However, Bradley’s local performances had led to his discovery by Daptone Records’s co-founder Gabe Roth. Impressed by his vocal ability and flamboyance on stage, Roth arranged for Bradley to record at Daptone, releasing some singles in 2002. However, the singles didn’t result in much, and Bradley slipped back into his role as ‘Black Velvet’.

Although success was at first not forthcoming, Bradley had developed a friendship with Daptone producer Tom Brenneck, and in 2011 the pair began work on Bradley’s debut album No Time for DreamingThe album was released to critical acclaim, buoyed by the release of a documentary on Bradley’s life entitled ‘Soul of America’. Bradley’s inspirational story was broadcast around the world, including on BBC4, and it followed Bradley as he began to promote his first album. The film was nominated for an Emmy, and showed Bradley to be an extremely compassionate and loving man. It showed Bradley caring for his mother, living in borderline poverty, opening for his Daptone label mate Sharon Jones, and  promoting his the launch of his album release party on his own, passing out leaflets across New York.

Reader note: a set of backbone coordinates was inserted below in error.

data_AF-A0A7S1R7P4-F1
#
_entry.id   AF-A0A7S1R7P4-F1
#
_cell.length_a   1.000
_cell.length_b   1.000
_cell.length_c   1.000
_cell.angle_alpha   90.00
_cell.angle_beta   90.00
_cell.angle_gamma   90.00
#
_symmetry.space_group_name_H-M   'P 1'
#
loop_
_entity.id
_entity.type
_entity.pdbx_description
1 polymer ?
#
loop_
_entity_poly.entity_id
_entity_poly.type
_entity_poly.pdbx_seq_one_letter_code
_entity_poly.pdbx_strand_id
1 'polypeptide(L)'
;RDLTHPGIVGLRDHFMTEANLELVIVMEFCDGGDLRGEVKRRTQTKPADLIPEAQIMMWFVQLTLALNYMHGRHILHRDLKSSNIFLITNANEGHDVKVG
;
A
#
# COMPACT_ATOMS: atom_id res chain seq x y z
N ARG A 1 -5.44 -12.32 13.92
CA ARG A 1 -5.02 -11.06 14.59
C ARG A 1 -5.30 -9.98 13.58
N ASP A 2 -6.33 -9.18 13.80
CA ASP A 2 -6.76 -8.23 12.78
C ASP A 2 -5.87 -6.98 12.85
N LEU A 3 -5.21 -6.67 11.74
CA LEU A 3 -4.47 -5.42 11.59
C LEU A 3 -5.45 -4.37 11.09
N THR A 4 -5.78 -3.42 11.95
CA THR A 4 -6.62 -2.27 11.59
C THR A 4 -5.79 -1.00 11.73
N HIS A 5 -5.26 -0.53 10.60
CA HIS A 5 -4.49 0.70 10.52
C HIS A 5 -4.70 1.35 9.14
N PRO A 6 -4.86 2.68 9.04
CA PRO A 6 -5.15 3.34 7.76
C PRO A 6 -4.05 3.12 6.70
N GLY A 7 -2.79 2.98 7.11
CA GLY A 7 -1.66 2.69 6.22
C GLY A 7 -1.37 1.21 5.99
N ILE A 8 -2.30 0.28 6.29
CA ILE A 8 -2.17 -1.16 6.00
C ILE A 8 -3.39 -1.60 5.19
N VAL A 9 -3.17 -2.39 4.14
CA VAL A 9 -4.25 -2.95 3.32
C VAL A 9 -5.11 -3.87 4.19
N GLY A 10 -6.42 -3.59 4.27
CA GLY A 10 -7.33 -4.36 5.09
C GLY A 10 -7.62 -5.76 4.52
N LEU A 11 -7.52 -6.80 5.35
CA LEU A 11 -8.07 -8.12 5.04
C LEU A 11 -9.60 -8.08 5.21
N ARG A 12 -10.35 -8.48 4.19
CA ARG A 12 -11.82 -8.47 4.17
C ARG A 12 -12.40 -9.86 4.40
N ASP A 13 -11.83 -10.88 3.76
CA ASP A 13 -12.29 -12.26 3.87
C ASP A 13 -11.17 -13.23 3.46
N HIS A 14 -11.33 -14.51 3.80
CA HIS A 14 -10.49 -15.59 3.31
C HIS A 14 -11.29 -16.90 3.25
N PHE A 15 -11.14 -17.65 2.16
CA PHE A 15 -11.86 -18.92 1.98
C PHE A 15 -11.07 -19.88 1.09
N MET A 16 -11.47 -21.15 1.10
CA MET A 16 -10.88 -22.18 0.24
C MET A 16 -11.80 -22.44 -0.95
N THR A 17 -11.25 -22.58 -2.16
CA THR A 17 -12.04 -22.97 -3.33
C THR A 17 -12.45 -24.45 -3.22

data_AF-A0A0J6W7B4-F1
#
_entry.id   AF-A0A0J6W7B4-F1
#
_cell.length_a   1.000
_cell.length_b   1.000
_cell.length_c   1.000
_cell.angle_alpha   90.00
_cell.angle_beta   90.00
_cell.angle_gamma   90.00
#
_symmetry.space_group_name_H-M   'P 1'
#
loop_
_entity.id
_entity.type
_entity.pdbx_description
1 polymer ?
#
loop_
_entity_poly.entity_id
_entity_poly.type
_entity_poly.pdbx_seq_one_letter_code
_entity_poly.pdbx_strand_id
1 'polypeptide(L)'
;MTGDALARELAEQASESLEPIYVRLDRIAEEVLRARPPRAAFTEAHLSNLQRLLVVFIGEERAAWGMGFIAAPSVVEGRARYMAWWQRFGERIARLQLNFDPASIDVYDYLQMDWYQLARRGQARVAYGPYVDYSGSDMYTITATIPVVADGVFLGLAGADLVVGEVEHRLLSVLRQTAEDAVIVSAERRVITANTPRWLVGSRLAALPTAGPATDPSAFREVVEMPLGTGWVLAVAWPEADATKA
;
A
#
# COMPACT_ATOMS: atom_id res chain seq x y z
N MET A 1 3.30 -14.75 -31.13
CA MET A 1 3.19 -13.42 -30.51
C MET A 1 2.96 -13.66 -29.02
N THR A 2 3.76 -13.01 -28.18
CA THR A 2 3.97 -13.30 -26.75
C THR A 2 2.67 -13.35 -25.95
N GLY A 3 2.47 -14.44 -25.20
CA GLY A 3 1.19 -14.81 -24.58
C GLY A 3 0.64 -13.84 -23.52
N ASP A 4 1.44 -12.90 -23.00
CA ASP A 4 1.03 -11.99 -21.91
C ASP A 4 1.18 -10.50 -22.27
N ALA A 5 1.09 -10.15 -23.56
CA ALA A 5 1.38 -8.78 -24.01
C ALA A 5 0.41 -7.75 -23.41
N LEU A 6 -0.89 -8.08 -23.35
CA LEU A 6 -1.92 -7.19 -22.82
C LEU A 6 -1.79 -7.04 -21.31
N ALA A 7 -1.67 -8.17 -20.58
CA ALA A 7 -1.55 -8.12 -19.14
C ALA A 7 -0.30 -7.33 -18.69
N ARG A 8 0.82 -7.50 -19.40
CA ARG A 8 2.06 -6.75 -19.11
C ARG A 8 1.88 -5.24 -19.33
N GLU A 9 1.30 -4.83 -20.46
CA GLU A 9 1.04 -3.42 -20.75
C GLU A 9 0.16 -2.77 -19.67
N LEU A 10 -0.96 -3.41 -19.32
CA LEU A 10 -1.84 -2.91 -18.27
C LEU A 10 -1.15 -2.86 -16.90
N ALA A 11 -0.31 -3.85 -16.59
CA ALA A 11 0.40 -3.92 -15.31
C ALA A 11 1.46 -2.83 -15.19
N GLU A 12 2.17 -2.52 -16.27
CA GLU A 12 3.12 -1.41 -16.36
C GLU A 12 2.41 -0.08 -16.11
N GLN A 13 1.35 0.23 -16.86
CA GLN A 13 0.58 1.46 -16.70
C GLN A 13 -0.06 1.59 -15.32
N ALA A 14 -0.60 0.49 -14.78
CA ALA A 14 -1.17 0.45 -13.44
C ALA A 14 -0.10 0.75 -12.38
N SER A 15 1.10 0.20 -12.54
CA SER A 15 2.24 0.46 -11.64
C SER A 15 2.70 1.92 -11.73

No Time for Dreaming established Bradley as a force on the retro-soul scene. His autobiographical and socio-political lyrics made for emotional listening, whilst the Daptone musicians cut out some infectious grooves. Bradley followed up his debut with his Victim of Love album in 2013, an album of mostly love songs, and released his final album Changes just last year.

Charles Bradley unique story is one, to quote one of his lyrics, full of heartache and pain. It seemed that with his new career as a fully fledged recording artist, and an artist revered for his energetic and entertaining live shows, that his life’s fortunes had been reversed. Sadly, Bradley was only able to enjoy a few years of hard earned success and fame before his untimely death. His death is even more sad, coming a year after the death of Sharon Jones – a double blow to soul fans, and Daptone Records. The music that Bradley (and Jones) created will, however, live on and he will undoubtedly be remembered as being a great soul singer, and a great human being. In his memory, we’ve picked out our top 10 favourite Charles Bradley tunes.